“On a day like MLK Day, we have a day on and not a day off,” said Second Harvest Food Bank Community Outreach Coordinator Brittany Bowie.
Volunteering has become an integral part of honoring Dr. Martin Luther king Jr.
Local companies gathered at Second Harvest Food Bank in Lafayette to lend a helping hand for others.
“We’re here today at Second Harvest Food Bank with a number of volunteers in celebration of Martin Luther King Day, packing 10,000 meals to address food scarcity throughout South Louisiana,” said President of Blue Cross Foundation of Louisiana Michael Tipton.
People around town say they hope today’s significance will help inspire upcoming generations.
“When these kids look up to who’s running the government now and seeing the attitudes and tenor of speech, it’s scary,” said Marvin Sitrin.
While many kids do understand king’s message…
“For black and white people to live together,” said 8-year-old Blue Cross volunteer Jackson Alderman.
Local community groups say continuing programs that promote Dr. King’s message will help local youth.
“I believe because we have that older generation that remembers when Rr. King was there, some of them was there at that time, they’re wanting to bring that new generation into it,” said Valerie Lewis of Oasis Community Coterie. “So that’s where we are now, trying to bridge the gap to bring back the dream of unity, peace and oneness.”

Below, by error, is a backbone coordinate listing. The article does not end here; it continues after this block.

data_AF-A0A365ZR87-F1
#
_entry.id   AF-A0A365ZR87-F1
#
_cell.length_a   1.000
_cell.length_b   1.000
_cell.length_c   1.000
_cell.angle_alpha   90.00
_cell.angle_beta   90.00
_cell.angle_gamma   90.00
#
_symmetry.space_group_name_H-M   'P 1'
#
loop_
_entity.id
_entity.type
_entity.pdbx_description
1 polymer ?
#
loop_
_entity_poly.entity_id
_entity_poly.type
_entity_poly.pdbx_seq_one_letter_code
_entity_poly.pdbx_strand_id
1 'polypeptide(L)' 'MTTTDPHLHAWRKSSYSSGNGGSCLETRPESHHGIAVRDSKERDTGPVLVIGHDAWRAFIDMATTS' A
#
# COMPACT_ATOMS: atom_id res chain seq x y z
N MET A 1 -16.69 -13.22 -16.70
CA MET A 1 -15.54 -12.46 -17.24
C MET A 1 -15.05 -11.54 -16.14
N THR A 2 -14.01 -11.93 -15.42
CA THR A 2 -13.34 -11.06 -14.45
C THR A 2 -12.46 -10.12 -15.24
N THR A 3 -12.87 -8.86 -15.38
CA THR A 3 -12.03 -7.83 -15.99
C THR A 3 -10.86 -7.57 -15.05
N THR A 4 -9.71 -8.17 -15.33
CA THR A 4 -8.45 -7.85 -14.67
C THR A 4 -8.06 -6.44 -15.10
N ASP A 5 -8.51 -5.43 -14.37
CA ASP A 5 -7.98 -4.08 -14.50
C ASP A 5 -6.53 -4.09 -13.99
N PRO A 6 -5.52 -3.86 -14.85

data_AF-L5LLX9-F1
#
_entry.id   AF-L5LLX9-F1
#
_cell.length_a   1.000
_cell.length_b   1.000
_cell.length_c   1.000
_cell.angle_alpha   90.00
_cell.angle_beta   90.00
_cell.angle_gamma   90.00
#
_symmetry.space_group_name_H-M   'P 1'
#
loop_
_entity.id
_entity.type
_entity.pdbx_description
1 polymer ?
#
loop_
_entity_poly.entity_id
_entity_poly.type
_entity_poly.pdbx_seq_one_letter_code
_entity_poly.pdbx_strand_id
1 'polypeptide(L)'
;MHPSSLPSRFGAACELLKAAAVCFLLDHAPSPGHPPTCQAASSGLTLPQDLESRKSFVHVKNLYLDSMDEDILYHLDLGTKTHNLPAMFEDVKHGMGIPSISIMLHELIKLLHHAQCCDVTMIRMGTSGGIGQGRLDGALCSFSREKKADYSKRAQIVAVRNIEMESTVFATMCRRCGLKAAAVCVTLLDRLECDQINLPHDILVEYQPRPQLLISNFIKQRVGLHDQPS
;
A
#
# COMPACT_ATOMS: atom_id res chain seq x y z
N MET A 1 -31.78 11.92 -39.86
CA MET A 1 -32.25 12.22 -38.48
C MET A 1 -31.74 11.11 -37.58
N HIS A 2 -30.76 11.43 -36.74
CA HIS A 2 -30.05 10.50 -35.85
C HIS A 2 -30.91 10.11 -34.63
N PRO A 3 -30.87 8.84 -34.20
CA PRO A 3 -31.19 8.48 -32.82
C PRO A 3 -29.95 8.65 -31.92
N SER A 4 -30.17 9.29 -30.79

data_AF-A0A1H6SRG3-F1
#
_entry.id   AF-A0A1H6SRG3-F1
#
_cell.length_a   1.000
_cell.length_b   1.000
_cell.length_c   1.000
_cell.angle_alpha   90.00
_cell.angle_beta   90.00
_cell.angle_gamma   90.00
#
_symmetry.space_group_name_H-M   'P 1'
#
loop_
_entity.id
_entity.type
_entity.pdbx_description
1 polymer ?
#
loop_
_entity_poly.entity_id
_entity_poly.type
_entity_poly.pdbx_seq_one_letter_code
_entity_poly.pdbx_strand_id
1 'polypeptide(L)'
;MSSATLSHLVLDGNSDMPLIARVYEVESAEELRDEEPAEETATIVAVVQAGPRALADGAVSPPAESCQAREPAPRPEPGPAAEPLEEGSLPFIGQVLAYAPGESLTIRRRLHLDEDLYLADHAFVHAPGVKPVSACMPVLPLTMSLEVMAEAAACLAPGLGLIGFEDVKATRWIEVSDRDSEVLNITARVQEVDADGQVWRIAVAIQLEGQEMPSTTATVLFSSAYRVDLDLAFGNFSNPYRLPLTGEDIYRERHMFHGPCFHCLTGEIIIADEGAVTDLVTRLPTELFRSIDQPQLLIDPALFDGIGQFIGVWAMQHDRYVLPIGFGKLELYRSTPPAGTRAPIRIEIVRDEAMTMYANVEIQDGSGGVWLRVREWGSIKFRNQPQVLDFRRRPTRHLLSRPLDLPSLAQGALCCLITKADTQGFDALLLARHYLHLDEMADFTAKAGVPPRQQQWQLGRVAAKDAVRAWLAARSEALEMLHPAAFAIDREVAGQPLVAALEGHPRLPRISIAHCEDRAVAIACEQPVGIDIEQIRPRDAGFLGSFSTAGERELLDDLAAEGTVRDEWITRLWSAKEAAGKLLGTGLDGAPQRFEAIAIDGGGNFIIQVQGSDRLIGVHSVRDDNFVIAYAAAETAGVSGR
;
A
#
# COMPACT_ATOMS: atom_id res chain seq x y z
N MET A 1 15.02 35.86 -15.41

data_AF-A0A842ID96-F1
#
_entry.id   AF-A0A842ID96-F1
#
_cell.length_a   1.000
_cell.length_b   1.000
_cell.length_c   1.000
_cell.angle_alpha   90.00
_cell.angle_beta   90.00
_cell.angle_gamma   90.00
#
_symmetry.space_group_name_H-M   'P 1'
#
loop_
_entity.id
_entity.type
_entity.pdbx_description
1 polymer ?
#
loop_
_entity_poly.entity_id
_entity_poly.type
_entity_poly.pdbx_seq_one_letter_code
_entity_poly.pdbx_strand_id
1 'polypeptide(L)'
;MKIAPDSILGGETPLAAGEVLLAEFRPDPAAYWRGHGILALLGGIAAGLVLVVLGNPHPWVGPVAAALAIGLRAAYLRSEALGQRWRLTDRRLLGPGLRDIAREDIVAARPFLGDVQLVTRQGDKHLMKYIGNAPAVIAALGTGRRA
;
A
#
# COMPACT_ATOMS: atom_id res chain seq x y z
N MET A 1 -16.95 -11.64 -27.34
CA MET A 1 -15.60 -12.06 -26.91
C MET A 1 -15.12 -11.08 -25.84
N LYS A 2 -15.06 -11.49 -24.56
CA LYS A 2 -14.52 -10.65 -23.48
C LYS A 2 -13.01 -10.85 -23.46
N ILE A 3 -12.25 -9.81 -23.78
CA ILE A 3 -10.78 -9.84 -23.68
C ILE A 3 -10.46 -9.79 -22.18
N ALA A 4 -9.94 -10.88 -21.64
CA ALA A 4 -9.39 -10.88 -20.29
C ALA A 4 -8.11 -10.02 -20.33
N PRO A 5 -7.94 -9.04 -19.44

People around town can agree that Dr. King’s message is even more important now than in the past.
“I think he made such an impact on our conscience in this country,” said Sitrin.
“I believe it is, with different community organizations we have in this community we definitely believe in oneness, and unity, but more importantly, peace,” said Lewis.
“One thing that he stood for, was for us to come together and be able to help our community,” said Bowie. “So, with an event like today and every other event that’s taken place today, it’s in dedication to know we still can come together and do things for others.”